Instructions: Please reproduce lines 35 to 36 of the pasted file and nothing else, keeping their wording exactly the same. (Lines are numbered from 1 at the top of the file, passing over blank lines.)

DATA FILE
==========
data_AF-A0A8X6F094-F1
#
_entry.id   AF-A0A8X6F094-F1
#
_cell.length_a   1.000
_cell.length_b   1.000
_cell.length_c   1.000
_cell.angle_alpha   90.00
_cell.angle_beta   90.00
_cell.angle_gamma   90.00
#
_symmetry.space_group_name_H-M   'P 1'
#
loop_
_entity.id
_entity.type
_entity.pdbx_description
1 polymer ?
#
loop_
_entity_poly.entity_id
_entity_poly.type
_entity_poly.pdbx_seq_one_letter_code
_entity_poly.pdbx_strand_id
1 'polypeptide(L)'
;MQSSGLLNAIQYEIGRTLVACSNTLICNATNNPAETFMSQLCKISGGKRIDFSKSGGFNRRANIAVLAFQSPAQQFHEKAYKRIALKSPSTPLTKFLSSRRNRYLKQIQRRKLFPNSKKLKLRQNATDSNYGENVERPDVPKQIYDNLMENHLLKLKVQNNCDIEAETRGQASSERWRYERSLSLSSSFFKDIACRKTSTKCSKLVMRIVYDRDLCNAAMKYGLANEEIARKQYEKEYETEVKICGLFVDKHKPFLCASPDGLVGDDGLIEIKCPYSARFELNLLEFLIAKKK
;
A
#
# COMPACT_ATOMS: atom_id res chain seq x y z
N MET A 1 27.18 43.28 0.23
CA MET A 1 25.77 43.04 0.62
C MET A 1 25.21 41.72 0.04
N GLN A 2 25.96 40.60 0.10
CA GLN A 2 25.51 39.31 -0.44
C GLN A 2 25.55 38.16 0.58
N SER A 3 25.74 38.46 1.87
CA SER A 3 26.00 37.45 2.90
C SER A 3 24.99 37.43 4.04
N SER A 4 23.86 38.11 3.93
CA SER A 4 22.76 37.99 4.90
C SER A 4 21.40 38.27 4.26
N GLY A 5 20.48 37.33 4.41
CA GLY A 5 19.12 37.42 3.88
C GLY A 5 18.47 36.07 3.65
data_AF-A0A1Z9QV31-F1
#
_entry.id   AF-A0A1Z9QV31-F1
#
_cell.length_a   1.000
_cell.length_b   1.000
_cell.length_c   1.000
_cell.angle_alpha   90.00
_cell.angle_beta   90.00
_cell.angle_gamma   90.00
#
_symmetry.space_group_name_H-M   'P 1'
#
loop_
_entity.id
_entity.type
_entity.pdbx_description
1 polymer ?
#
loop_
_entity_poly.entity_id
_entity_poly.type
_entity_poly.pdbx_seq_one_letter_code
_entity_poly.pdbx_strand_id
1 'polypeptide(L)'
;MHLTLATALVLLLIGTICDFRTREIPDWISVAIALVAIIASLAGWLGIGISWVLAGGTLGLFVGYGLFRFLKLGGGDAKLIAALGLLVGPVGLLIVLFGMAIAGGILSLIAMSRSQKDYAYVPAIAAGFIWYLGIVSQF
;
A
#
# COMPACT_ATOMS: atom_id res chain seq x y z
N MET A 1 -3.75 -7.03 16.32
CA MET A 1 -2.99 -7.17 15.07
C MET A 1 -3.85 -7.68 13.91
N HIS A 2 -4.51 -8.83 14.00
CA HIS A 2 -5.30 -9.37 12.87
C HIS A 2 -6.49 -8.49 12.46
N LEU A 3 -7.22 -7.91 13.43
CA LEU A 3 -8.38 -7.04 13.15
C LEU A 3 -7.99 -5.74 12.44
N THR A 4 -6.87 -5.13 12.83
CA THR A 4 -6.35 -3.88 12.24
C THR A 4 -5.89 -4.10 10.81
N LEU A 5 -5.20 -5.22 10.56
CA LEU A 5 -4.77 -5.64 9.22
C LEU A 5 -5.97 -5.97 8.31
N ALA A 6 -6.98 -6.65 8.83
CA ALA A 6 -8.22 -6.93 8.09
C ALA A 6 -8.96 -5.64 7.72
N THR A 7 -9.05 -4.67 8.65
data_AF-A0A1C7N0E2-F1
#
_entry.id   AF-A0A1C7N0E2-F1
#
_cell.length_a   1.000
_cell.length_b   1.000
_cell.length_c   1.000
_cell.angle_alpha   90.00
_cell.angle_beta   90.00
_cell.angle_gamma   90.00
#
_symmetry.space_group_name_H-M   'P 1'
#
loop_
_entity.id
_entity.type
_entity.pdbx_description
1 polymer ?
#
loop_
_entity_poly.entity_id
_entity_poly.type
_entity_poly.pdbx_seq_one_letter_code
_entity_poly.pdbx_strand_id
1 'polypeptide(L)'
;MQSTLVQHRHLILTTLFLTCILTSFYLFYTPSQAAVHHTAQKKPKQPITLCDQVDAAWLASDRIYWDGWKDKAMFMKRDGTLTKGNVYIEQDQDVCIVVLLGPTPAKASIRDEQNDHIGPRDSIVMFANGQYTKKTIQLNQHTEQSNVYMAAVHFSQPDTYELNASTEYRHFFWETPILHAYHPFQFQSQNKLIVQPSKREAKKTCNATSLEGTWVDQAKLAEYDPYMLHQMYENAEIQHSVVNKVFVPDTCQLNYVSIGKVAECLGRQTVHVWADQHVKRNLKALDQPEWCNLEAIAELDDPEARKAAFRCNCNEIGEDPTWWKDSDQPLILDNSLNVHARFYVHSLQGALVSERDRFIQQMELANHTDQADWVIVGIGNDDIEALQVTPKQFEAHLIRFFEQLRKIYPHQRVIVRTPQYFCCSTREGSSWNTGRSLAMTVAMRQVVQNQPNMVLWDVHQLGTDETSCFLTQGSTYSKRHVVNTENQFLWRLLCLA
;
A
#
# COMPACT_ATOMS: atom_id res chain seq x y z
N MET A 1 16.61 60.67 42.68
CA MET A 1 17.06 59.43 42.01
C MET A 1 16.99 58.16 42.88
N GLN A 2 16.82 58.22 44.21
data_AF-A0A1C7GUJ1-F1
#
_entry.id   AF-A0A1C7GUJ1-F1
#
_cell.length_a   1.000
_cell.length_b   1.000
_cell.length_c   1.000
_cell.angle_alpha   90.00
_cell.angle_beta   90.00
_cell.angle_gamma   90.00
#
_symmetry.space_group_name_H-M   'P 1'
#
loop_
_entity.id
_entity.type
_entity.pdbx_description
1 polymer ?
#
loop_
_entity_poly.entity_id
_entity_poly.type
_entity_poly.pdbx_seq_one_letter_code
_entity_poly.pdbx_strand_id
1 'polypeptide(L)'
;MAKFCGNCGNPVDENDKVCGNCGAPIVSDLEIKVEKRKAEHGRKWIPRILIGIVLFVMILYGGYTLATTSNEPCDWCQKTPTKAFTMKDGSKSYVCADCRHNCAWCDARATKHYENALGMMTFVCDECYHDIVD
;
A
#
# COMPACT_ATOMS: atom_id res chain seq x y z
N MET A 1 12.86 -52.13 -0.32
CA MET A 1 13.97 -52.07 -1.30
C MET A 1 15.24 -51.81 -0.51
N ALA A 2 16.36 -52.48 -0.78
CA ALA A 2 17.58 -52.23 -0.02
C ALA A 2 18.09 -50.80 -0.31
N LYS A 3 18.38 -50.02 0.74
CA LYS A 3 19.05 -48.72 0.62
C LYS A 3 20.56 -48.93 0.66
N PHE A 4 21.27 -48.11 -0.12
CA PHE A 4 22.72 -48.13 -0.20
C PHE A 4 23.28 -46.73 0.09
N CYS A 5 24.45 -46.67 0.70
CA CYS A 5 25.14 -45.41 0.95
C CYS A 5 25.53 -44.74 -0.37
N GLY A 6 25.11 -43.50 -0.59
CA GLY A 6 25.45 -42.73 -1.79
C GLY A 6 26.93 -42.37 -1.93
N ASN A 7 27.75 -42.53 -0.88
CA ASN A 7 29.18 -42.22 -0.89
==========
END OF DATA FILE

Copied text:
CA GLN A 2 25.51 39.31 -0.44
C GLN A 2 25.55 38.16 0.58